September 11, 2009 by Marj Hatzell
It started out innocently enough. I had Bug Boy and my niece (babies at the time! How quickly they grow!) in the double stroller, Bugaboo wasn’t even conceived yet. We walked around the neighborhood on a chilly fall morning and soaked in the beautiful sunshine and listened to the birds chirping madly. It was quiet. Too quiet. WAY TOO QUIET. Y’all? I live five minutes from an airport. Ok, TEN because of sucky traffic and a new exit ramp. But seriously? Not one plane was taking off.
A few minutes later we got home, I handed the kids their breakfast and turned on the morning news programs. Instead of Katie and Matt and Al and Ann I was watching a smoking World Trade Center. And then they were showing the Pentagon. And then I watched another plane hit. And then I cried. And cried. And didn’t move for hours, even to eat. The babies didn’t know what was happening. They couldn’t know. One minute I was an innocent, ignorant new mom, out with my babies for a walk. The next minute I was wondering why I wanted to have children if this was the world they were going to inherit. I felt utterly alone and horrified.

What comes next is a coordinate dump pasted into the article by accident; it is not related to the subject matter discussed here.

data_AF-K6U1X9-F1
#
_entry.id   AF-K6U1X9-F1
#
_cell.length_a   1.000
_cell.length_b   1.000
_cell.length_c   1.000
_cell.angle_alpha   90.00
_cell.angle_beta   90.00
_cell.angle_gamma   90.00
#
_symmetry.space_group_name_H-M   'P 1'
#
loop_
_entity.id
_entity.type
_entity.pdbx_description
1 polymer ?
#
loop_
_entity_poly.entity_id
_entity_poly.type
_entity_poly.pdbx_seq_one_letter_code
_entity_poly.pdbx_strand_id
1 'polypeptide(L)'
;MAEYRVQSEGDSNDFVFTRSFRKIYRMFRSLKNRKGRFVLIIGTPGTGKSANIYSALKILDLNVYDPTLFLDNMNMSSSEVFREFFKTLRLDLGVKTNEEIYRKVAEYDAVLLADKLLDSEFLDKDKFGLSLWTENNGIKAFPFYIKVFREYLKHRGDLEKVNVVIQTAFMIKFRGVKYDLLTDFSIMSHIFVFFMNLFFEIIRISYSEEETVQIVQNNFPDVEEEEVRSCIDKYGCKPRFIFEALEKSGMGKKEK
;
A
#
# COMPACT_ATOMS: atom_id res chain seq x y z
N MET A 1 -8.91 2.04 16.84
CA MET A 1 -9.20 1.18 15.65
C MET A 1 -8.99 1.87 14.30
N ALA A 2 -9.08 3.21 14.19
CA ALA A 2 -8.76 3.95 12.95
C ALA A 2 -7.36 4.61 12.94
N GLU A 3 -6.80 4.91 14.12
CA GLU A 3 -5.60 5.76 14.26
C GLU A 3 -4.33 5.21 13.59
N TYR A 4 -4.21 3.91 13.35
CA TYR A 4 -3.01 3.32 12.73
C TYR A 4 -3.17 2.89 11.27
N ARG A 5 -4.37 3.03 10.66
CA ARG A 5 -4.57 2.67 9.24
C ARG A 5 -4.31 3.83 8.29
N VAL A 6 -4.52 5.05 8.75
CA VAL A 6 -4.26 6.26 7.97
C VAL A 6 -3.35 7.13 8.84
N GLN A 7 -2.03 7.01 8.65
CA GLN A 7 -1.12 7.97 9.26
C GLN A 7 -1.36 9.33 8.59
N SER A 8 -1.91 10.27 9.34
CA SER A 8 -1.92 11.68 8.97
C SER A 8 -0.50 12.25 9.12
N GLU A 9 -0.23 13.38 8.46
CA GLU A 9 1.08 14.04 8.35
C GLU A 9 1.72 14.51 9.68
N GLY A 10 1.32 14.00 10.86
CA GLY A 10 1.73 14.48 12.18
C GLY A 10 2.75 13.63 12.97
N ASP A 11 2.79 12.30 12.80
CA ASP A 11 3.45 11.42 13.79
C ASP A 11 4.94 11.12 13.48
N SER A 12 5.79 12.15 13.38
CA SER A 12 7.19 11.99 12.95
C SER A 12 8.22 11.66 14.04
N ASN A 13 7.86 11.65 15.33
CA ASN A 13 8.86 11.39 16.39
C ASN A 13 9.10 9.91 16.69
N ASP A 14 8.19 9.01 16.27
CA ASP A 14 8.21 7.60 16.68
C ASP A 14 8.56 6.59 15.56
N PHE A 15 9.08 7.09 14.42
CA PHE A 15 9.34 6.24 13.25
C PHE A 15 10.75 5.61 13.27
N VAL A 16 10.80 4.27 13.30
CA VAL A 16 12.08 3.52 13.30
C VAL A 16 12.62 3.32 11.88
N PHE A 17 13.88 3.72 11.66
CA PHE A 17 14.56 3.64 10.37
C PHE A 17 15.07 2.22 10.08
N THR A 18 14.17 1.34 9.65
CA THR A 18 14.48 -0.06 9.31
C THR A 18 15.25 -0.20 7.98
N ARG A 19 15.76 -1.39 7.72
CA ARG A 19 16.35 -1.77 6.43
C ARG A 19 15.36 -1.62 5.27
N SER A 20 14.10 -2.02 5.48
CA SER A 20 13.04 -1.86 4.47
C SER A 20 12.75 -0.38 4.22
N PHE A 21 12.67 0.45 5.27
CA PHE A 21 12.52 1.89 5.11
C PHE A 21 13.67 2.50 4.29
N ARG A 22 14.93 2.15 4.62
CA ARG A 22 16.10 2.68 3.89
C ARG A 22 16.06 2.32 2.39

I pretty much sat there for a week. But the first day? I’ve never cried so much in my life. I’ve never been so horrified. I’ve never openly wept over babies dying, babies losing their Daddies and Mommies, communities losing their heroes. I did that day.
Here we are eight years later. Politically heated arguments, untruths spreading like wildfire and finger-pointing is the norm. Seriously. We came together as a country that day. We need to do it again. We aren’t much better off, y’all. We need to find a middle ground. Those people who died that day? They died praying and hoping that someone would carry on, that we’d see to it that they didn’t die in vain. And now I have family members, friends and neighbors, even perfect strangers, trying to make sure that never, ever happens again.
Please join me in putting aside our differences, thinking about those who lost their lives innocently, those who rushed inside of burning and collapsing buildings to save people they never met in their entire lives (instead of saving themselves). Please join me in thinking about those who survived and the horror they have lived with every day since. Take five minutes to think about what it really means. F*ck politics, healthcare and speeches. F*ck death panels and deficits. F*ck macrame! (Ten points for the person who can name that film).
Just five minutes. That’s all it takes.